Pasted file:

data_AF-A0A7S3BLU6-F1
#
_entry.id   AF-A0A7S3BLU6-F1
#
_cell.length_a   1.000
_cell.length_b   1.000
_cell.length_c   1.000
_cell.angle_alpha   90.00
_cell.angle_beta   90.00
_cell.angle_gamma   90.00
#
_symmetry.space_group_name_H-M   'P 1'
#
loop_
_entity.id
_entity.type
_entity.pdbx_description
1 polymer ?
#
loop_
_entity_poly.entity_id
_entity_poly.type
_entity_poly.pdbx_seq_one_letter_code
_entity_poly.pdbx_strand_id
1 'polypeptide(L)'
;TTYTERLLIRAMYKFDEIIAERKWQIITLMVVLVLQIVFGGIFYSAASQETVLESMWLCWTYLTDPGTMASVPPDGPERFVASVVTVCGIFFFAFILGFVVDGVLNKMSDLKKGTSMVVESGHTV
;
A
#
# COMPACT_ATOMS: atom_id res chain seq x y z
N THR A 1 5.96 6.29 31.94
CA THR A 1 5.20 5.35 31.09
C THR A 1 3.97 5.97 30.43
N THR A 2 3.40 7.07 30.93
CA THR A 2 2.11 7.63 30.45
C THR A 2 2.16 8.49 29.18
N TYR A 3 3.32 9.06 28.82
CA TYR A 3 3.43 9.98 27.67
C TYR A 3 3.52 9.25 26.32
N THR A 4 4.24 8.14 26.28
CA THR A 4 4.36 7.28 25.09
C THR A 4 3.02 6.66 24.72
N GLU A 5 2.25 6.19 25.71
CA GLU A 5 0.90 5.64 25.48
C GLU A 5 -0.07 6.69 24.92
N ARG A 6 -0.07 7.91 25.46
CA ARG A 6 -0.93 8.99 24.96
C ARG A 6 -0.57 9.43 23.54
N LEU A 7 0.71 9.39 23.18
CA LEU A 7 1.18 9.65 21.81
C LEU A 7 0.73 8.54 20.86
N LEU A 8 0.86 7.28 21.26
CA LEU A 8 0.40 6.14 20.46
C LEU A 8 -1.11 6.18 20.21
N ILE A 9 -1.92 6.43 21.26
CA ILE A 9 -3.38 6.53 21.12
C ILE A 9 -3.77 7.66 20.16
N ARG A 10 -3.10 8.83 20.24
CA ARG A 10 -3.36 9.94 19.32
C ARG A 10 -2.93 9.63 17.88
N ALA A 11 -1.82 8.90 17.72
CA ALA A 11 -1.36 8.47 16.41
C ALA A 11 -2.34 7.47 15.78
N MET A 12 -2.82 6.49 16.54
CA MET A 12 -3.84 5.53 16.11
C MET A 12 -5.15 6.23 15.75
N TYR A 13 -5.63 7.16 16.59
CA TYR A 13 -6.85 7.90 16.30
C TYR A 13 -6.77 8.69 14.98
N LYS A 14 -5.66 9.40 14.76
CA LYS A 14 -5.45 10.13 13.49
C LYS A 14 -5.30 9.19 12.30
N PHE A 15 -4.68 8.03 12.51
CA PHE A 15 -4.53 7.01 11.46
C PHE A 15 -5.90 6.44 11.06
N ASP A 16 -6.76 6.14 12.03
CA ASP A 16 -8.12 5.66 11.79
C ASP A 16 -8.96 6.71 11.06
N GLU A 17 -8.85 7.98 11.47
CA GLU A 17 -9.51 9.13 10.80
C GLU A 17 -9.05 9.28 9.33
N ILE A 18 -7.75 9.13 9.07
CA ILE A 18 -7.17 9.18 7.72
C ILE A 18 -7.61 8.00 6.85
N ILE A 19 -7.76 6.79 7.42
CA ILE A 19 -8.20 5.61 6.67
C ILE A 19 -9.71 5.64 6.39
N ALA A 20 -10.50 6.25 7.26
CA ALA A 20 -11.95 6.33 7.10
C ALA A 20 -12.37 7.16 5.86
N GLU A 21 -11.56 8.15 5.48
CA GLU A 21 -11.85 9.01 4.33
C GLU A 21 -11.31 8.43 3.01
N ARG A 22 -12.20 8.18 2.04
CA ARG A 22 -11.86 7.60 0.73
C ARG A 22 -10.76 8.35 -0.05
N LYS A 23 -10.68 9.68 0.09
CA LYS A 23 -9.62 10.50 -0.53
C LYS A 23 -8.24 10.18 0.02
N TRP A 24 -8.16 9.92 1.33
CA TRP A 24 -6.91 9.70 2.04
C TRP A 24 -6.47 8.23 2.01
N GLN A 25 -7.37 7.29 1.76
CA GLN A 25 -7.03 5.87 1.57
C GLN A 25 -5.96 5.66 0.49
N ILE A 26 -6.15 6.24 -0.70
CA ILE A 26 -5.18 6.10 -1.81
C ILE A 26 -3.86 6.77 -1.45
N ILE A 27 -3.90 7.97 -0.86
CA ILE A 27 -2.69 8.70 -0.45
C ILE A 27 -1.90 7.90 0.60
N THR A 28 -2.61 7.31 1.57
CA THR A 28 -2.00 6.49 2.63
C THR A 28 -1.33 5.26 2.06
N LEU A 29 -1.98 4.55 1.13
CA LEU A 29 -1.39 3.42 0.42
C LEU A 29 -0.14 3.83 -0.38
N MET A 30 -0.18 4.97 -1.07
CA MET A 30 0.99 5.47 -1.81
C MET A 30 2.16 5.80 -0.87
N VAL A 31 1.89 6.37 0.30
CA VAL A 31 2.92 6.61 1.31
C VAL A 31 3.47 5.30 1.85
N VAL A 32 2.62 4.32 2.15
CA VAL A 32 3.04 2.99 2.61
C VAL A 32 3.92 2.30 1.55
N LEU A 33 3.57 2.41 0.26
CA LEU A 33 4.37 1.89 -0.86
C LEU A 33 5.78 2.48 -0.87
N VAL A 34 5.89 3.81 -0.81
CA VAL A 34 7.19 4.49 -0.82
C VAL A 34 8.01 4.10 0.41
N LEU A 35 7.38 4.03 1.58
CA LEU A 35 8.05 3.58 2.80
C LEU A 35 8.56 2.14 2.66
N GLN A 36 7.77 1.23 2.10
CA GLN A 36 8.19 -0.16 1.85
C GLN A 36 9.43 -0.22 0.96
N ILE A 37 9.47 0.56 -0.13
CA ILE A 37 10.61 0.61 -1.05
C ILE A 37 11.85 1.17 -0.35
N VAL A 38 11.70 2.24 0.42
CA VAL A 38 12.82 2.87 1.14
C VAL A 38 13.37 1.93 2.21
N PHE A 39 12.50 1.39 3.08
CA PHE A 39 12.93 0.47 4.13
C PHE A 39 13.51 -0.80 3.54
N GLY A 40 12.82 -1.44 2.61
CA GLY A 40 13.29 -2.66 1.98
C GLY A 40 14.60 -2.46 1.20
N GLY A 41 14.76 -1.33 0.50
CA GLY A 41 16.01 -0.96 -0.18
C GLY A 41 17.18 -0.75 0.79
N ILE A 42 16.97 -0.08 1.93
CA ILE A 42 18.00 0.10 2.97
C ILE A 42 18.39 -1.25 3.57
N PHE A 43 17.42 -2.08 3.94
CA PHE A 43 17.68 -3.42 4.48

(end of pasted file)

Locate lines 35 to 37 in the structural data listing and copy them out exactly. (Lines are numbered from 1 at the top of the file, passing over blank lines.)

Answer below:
CA THR A 2 2.11 7.63 30.45
C THR A 2 2.16 8.49 29.18
N TYR A 3 3.32 9.06 28.82